Lately I’ve noticed a lot of farmer’s markets dotting my area. So, I decided to check them out. It seems they all congregate Thursday, amassing their myriad of fruits and vegetables, some even showing off animal products. I’ll be the first to admit that going to the supermarket is practically a spiritual experience for me. The bright lights guiding you down the endless aisles of staple American food and their quintessential international counterparts. Visiting the farmer’s market almost felt as if I was switching my place of worship. I guiltily trolled the stalls, very aware of the misshapen and dirty produce stacked amateurishly. The vendors proudly displayed their local farm’s sign or announced their family’s name upon plaques and knowledgeably manned their station dressed in attire that would better suit the garden.
There’s something about these foods. Knowing they came from the sweat of someone you can see, or someone who lives nearby puts an entirely new definition to homegrown. I have my own garden at home, but it’s always a roll of the dice. Will they get enough water or sun? Will the cutworms attack this year, or will the seeds be dug out by chipmunks? So many ‘what ifs’ and yet these hardworking people have bountiful baskets of the fruits of their labor. Unlike at the conventional supermarket, where I have an ingrained path to and from all my required sustenance, I wandered the markets without any goal in mind other than to appreciate the local food.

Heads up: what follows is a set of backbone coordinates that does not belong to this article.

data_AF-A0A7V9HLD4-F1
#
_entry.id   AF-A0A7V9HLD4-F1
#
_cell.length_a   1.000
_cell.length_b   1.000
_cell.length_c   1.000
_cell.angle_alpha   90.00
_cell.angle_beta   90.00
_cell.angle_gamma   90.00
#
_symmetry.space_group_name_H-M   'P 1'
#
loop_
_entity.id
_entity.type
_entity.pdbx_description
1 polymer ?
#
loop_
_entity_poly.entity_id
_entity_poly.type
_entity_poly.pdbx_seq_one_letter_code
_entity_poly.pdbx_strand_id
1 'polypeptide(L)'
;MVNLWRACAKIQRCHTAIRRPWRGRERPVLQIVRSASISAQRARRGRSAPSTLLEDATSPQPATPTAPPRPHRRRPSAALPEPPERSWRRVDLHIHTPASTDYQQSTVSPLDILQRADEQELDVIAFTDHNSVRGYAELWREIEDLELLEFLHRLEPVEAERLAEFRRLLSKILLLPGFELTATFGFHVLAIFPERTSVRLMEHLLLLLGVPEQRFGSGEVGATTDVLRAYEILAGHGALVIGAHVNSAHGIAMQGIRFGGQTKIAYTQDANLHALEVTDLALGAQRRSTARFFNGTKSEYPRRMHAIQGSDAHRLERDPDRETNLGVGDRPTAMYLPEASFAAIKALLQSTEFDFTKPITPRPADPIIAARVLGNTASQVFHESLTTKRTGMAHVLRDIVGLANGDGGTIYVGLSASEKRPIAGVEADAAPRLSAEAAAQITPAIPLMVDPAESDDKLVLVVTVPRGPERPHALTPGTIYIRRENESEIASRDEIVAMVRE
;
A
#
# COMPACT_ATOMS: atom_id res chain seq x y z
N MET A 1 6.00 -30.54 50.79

It just wouldn’t be right to leave these venues empty handed. At least that’s what I told myself. At the end of the day I came away with heirloom tomatoes, carrots and eggs. Since then I have eaten the prizes quite contentedly. As with the products of my own garden, there is nothing like something fresh and locally grown, off the vine and out of the ground mere hours before you purchase it. Trust me when I say, you can taste the freshness of the farmer’s market. Try something and you’ll see the supermarket’s worldly collection simply cannot compare to the quality and flavor of local food. The best aspect of a farmer’s market is that by buying local you support your neighbors and your hometown economy. I would urge anyone, foodies and non-foodies to invest in the wonders of the farmer’s market and enjoy its succulent reward.